|Castles of Britain
All images © Abaroth. Permission is given to reproduce for non-profit purposes only.
Photographs of fortified sites and castles of Britain.
The word "castle" derives from the Latin word "castellum", meaning "small fort". It is the diminutive form of "castrum", from which place names ending -chester, -cester, and -caster are derived. So "castle" is used in the names of many Roman and Iron Age fortifications, as well as for medieval defences and later buildings in the style of a medieval castle.
Earlier defensive structures are shown on the maps, divided into Roman and Pre-Roman sites, although "Non-Roman" may be a better description, especially in those regions that the Romans never controlled. These sites are listed separately, and are only included in the castles listings if they were subsequently adapted as medieval defences.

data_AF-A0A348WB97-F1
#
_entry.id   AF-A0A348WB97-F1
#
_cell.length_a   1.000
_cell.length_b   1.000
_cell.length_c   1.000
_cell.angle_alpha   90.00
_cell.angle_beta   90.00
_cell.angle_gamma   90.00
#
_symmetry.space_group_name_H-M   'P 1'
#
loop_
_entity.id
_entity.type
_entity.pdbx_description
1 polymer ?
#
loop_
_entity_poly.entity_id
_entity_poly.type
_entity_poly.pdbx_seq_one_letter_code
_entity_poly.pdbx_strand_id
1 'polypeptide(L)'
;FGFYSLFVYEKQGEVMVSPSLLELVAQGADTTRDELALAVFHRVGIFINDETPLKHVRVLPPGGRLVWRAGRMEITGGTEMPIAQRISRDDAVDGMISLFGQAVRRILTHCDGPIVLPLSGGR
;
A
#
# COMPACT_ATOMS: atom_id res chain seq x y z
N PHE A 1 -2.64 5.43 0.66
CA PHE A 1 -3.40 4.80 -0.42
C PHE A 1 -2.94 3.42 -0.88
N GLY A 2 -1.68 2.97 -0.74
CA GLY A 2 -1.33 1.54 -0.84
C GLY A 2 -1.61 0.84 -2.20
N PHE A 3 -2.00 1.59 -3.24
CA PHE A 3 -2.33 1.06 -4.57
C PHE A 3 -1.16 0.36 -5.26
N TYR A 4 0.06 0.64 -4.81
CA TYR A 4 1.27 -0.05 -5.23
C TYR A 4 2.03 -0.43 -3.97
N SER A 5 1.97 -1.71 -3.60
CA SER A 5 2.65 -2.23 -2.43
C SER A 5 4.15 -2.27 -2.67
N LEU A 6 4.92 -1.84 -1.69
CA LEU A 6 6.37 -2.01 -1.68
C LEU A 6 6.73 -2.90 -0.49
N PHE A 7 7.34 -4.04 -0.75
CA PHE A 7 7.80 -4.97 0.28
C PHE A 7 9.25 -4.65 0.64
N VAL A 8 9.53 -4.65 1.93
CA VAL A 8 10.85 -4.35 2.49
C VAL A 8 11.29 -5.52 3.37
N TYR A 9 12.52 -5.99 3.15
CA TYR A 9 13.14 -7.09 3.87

The lists and maps feature defensive structures of many different types and sizes from the Post-Roman period. These include: masonry castles, timber castles, walled towns and cities, palaces, fortified manor houses, pele towers and tower houses, fortified churches and abbeys, motte and bailey castles, bastle houses, artillery fortifications and Martello towers. Also included are mock castles, fantasy castles, castle follies and artificial ruins.
Note that the national flags denote the location of each castle, and not the nation which built or controlled it.